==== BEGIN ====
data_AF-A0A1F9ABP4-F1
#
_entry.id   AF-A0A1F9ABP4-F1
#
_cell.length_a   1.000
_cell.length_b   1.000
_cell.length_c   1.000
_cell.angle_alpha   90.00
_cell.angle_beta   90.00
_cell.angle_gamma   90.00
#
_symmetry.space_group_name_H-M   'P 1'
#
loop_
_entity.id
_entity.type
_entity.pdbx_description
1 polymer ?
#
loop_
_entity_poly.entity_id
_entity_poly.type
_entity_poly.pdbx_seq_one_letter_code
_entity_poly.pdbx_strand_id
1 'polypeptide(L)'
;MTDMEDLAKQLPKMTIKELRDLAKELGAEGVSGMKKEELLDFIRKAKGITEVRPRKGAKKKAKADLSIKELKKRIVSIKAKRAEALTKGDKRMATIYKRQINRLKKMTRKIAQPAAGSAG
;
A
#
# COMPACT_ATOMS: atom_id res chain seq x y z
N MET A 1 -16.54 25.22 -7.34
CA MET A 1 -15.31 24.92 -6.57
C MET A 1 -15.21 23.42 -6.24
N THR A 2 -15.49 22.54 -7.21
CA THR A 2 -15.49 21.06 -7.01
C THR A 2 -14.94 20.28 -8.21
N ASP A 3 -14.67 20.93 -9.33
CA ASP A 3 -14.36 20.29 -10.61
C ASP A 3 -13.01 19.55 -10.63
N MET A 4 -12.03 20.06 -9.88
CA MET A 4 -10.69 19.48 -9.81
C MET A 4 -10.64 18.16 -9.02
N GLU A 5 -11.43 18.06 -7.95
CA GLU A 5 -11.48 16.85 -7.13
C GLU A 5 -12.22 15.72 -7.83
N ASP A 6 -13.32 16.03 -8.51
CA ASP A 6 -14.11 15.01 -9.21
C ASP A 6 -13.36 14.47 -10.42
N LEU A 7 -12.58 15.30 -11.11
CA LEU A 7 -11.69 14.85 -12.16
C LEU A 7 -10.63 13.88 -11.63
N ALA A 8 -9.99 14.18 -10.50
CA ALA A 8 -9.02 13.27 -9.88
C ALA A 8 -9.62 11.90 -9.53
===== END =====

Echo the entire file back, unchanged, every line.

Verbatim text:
data_AF-A0A1F9ABP4-F1
#
_entry.id   AF-A0A1F9ABP4-F1
#
_cell.length_a   1.000
_cell.length_b   1.000
_cell.length_c   1.000
_cell.angle_alpha   90.00
_cell.angle_beta   90.00
_cell.angle_gamma   90.00
#
_symmetry.space_group_name_H-M   'P 1'
#
loop_
_entity.id
_entity.type
_entity.pdbx_description
1 polymer ?
#
loop_
_entity_poly.entity_id
_entity_poly.type
_entity_poly.pdbx_seq_one_letter_code
_entity_poly.pdbx_strand_id
1 'polypeptide(L)'
;MTDMEDLAKQLPKMTIKELRDLAKELGAEGVSGMKKEELLDFIRKAKGITEVRPRKGAKKKAKADLSIKELKKRIVSIKAKRAEALTKGDKRMATIYKRQINRLKKMTRKIAQPAAGSAG
;
A
#
# COMPACT_ATOMS: atom_id res chain seq x y z
N MET A 1 -16.54 25.22 -7.34
CA MET A 1 -15.31 24.92 -6.57
C MET A 1 -15.21 23.42 -6.24
N THR A 2 -15.49 22.54 -7.21
CA THR A 2 -15.49 21.06 -7.01
C THR A 2 -14.94 20.28 -8.21
N ASP A 3 -14.67 20.93 -9.33
CA ASP A 3 -14.36 20.29 -10.61
C ASP A 3 -13.01 19.55 -10.63
N MET A 4 -12.03 20.06 -9.88
CA MET A 4 -10.69 19.48 -9.81
C MET A 4 -10.64 18.16 -9.02
N GLU A 5 -11.43 18.06 -7.95
CA GLU A 5 -11.48 16.85 -7.13
C GLU A 5 -12.22 15.72 -7.83
N ASP A 6 -13.32 16.03 -8.51
CA ASP A 6 -14.11 15.01 -9.21
C ASP A 6 -13.36 14.47 -10.42
N LEU A 7 -12.58 15.30 -11.11
CA LEU A 7 -11.69 14.85 -12.16
C LEU A 7 -10.63 13.88 -11.63
N ALA A 8 -9.99 14.18 -10.50
CA ALA A 8 -9.02 13.27 -9.88
C ALA A 8 -9.62 11.90 -9.53